Taxpayers vote ‘No’ to allowing demolition option for monastery

Some residents call resolution a ‘bait and switch’

By Josh Bickford
Posted 5/26/22

The monastery stays.

Taxpayers at Wednesday night’s financial town meeting voted down a resolution that would have opened the door for the possible demolition of the former Carmelite …

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Taxpayers vote ‘No’ to allowing demolition option for monastery

Some residents call resolution a ‘bait and switch’


The monastery stays.

Taxpayers at Wednesday night’s financial town meeting voted down a resolution that would have opened the door for the possible demolition of the former Carmelite monastery on Watson Avenue. 

This was the second straight year where residents have cast votes about the monastery. At last year’s FTM, town officials proposed a resolution to purchase the seven acre parcel and preserve the monastery building. Taxpayers passed that resolution by a 176 to 175 margin. 

This year, town officials returned with a new resolution, asking taxpayers for permission to allow the possible demolition of the monastery. Nearly 300 residents attended the FTM, held inside the Barrington High School auditorium, and dozens spoke out against the resolution.

In a voice vote, Barrington Town Moderator Richard Staples ruled that the “nay” votes had defeated the resolution. The vote came at about 9:15 p.m., approximately two hours after the meeting started.

Among those to speak out against the resolution was Pamela Danforth, a Barrington resident who said the request to allow for the possible demolition of the monastery building felt like a “bait and switch,” adding that the move was “kind of appalling with the proper information being vetted.” Danforth said consultants hired by the town had not yet conducted the necessary studies (environmental impact, traffic, etc.) that should be completed. She also cautioned against rushing to make a decision. 

Fewer people spoke in support of the resolution. Carla DeStefano, a member of the town’s housing board of trustees and 25 Watson Ave. Ad Hoc Committee, and a housing developer, called Wednesday night’s FTM an emotional disinformation meeting. She also said the decision to preserve the monastery building had been thrown in at the last minute prior to last year’s financial town meeting.

Barrington resident Richard Godfrey also spoke in favor of the resolution. Godfrey is the former CEO of Rhode Island Housing and a consultant who helped state housing finance agencies develop and maintain affordable housing programs. Godfrey said the resolution would give the town more flexibility with the future development. He also dismissed the issue of asbestos in the building — he said the asbestos needs to be abated whether the monastery building is demolished or renovated.

Other residents spoke about their concerns over the asbestos. Vanessa Sheehan lives near the monastery property and said one of her children has respiratory issues. She added that she was concerned about the dangers posed to all children by the asbestos. Sheehan said she supported the preservation and beautification of the monastery.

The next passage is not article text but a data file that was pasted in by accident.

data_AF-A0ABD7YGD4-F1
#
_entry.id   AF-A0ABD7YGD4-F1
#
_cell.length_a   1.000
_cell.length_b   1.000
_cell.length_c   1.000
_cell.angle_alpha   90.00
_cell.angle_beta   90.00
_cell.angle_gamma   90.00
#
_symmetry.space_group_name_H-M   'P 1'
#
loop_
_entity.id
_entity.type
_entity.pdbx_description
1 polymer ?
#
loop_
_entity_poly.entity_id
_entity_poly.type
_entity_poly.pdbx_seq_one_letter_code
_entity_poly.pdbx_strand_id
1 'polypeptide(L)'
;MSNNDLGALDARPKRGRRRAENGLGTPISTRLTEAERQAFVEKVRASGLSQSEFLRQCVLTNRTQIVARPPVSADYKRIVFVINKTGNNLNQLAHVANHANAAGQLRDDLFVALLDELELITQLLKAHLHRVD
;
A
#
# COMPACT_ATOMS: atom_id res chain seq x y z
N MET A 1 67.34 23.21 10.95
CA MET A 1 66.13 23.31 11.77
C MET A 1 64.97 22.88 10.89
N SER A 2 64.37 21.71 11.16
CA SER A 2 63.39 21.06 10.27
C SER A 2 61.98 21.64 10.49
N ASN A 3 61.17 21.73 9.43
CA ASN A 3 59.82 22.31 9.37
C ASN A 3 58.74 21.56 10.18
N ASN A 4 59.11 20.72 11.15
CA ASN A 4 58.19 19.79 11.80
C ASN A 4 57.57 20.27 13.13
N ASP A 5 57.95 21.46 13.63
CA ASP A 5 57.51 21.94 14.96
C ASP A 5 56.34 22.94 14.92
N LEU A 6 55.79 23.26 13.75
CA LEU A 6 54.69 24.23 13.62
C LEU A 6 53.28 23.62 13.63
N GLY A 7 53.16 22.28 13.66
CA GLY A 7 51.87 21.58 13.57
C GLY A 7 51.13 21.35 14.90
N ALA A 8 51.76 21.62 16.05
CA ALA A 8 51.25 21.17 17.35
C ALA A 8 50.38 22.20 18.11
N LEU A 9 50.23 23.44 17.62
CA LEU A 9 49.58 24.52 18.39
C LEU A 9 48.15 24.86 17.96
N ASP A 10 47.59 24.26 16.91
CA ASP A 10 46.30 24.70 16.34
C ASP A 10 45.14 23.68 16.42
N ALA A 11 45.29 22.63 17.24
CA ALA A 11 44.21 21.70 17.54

Susannah Holloway, a member of the Barrington Committee on Appropriations, said she was not in favor of the resolution. She said she had voted a year earlier to preserve the building, and now feels betrayed by the council’s request for permission to allow the option for demolition. She also called it a bait and switch.

Mary Alyce Gasbarro spoke out against the resolution. She was also critical of the current council’s decision to propose the resolution. Gasbarro, a former town council member, said if her council had done what the current council did they would have been run out town on a rail. She said most of the town’s older residents she knows are not expecting the town to provide housing for them later in life. 

Michael Carroll, the current council president, said he believed there are some seniors in town who would qualify for affordable senior housing in Barrington.

The speakers, at three-minute intervals, took turns sharing their thoughts. Some said there was no need to offer the demolition option yet. Some said they needed more information, more details. Some said this was just to offer the option, and did not mean the building would surely be torn down. Some asked if the caveat of preserving the monastery building was not included in last year’s FTM would the resolution to purchase the property ever passed in the first place. 

In the end, the voice vote proved enough for Staples to make the call — the nays had it.

Not the last vote

Barrington Town Solicitor Michael Ursillo spoke during the discussion. Ursillo said the monastery property would be coming back to another financial town meeting at some point in the future, when the town decides to sell it to a developer. That move, Ursillo said, requires approval by voters at an FTM. 

It’s all going to come back to you, Ursillo told the attendees at Wednesday night’s FTM.

2022 by East Bay Newspapers

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Jim McGaw

A lifelong Portsmouth resident, Jim graduated from Portsmouth High School in 1982 and earned a journalism degree from the University of Rhode Island in 1986. He's worked two different stints at East Bay Newspapers, for a total of 18 years with the company so far. When not running all over town bringing you the news from Portsmouth, Jim listens to lots and lots and lots of music, watches obscure silent films from the '20s and usually has three books going at once. He also loves to cook crazy New Orleans dishes for his wife of 25 years, Michelle, and their two sons, Jake and Max.